Any intelligent person can understand the characteristics of an avatāra by understanding two features—the principal feature, called personality, and the marginal features. In the scriptures there are descriptions of the characteristics of the body and the activities of an incarnation, and the description of the body is the principal feature by which an incarnation can be identified. The activities of the incarnation are the marginal features. This is confirmed in the beginning of Śrīmad-Bhāgavatam (1.1.1) where the features of an avatāra are nicely described. In that verse, the two terms param and satyam are used, and Lord Caitanya indicates that these words reveal Kṛṣṇa's principal feature. The other marginal features indicate that He taught Vedic knowledge to Brahmā and incarnated as the puruṣa-avatāra to create the cosmic manifestation. These are occasional features manifest for some special purposes. One should be able to understand and distinguish the principal and marginal features of an avatāra. No one can declare himself an incarnation without referring to these two features. An intelligent man will not accept anyone as an avatāra without studying the principal and marginal features. When Sanātana Gosvāmī tried to confirm Lord Caitanya's personal characteristics as being those of the incarnation of this age, Lord Caitanya Himself indirectly made the confirmation by simply saying, "Let us leave aside all these discussions and continue with a description of the śaktyāveśa-avatāras."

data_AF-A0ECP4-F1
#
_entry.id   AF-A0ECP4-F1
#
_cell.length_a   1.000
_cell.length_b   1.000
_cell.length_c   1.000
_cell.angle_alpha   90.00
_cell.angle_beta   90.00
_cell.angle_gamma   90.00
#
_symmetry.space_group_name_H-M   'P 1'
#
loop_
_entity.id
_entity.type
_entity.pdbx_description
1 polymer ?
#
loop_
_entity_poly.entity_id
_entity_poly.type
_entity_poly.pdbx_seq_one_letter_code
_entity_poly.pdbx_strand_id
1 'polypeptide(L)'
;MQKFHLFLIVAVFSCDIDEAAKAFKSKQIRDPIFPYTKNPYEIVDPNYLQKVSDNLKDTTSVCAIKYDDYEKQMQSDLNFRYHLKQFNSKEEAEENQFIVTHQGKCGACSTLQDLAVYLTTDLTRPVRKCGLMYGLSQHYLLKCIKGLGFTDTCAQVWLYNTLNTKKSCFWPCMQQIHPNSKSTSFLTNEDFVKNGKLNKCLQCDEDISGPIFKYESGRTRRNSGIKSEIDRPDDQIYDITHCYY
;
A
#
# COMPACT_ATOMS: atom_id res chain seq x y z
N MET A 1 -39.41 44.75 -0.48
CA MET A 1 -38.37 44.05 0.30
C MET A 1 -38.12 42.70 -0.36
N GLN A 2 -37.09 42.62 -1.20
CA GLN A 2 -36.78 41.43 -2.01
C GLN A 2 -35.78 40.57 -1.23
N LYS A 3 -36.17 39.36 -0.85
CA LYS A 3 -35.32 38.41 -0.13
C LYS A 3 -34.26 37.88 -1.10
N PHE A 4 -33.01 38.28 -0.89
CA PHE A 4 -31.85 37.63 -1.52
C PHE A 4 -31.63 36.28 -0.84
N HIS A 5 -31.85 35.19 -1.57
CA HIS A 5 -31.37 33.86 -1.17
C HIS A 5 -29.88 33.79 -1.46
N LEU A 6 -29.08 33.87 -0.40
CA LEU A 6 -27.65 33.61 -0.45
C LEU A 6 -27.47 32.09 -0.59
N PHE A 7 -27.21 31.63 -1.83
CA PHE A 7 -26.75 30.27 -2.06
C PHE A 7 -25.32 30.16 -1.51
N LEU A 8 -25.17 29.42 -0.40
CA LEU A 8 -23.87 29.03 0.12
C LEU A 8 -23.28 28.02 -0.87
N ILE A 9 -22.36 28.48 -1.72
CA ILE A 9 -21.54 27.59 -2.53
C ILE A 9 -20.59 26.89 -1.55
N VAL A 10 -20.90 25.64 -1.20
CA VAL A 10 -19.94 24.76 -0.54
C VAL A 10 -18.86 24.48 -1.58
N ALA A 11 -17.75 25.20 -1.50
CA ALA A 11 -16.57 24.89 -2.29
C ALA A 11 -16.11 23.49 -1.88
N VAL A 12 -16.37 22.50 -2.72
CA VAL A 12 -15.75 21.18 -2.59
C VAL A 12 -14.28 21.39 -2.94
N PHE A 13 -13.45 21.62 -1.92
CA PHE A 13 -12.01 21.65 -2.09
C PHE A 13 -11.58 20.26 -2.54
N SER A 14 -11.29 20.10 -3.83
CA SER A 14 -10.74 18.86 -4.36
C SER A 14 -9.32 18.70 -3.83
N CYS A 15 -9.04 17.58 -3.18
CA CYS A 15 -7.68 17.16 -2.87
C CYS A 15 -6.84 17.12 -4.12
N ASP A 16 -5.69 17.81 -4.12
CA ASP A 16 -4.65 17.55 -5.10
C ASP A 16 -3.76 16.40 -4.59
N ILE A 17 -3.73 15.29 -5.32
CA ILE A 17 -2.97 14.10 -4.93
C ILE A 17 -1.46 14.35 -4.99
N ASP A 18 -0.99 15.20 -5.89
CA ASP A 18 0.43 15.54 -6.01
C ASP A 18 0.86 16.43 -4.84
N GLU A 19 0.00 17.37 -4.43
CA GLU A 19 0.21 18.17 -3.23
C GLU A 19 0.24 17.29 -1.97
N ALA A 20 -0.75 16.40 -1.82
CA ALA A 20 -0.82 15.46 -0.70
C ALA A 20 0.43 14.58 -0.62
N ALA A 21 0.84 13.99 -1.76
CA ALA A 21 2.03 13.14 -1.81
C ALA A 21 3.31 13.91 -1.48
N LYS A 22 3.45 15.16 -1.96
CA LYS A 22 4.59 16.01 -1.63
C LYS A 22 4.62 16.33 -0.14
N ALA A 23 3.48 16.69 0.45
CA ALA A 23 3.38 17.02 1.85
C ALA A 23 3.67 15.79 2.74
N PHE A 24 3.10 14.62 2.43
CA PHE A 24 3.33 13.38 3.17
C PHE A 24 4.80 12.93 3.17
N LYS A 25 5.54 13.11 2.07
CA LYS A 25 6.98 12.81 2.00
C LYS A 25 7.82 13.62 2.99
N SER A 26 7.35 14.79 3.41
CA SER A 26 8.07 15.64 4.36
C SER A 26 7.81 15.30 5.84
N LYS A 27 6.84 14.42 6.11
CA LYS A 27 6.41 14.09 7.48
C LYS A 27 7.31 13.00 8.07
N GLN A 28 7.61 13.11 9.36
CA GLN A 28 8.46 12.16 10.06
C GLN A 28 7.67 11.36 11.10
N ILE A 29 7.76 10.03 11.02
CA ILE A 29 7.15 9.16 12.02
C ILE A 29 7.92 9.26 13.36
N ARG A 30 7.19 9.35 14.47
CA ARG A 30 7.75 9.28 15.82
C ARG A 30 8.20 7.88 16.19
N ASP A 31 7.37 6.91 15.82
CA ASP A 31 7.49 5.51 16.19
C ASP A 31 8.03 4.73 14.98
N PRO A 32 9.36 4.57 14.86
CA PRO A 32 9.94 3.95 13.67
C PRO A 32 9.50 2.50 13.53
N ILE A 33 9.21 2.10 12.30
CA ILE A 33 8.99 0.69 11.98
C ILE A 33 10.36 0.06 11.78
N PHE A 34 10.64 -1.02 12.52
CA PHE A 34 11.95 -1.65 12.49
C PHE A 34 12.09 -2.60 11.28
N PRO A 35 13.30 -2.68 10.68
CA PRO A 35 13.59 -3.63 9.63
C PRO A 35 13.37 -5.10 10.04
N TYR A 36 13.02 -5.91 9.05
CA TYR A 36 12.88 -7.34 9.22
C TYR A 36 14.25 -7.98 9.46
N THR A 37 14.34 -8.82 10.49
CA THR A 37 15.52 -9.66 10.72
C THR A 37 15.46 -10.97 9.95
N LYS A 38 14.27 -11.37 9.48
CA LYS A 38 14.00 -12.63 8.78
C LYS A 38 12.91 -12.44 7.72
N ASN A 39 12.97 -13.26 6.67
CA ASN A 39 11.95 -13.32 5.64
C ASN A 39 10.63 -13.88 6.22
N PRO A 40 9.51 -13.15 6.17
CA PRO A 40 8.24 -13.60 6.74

The Lord then pointed out that there is no limit to the śaktyāveśa-avatāras and that they cannot be counted. However, some can be mentioned as examples. The śaktyāveśa incarnations are of two kinds—direct and indirect. When the Lord Himself comes, He is called sākṣāt, or a direct śaktyāveśa-avatāra, and when He empowers some living entity to represent Him that living entity is called an indirect or āveśa incarnation. Examples of indirect avatāras are the four Kumāras, Nārada, Pṛthu and Paraśurāma. These are actually living entities, but there is specific power given to them by the Supreme Personality of Godhead. When a specific opulence of the Supreme Lord is invested in specific entities, they are called āveśa-avatāras. The four Kumāras specifically represent the Supreme Lord's opulence of knowledge. Nārada represents the devotional service of the Supreme Lord. Devotional service is also represented by Lord Caitanya, who is considered to be the full representation of devotional service. In Brahmā the opulence of creative power is invested, and in King Pṛthu the power for maintaining the living entities is invested. Similarly, in Paraśurāma the power for killing evil elements is invested. As far as vibhāti, or the special favor of the Supreme Personality of Godhead, is concerned, it is described in the Tenth Chapter of Bhagavad-gītā that a living entity who appears to be especially powerful or beautiful should be known to be especially favored by the Supreme Lord.
Examples of direct or sākṣād-avatāras are the Śeṣa incarnation and the Ananta incarnation. In Ananta the power for sustaining all planets is invested, and in the Śeṣa incarnation the power for serving the Supreme Lord is invested.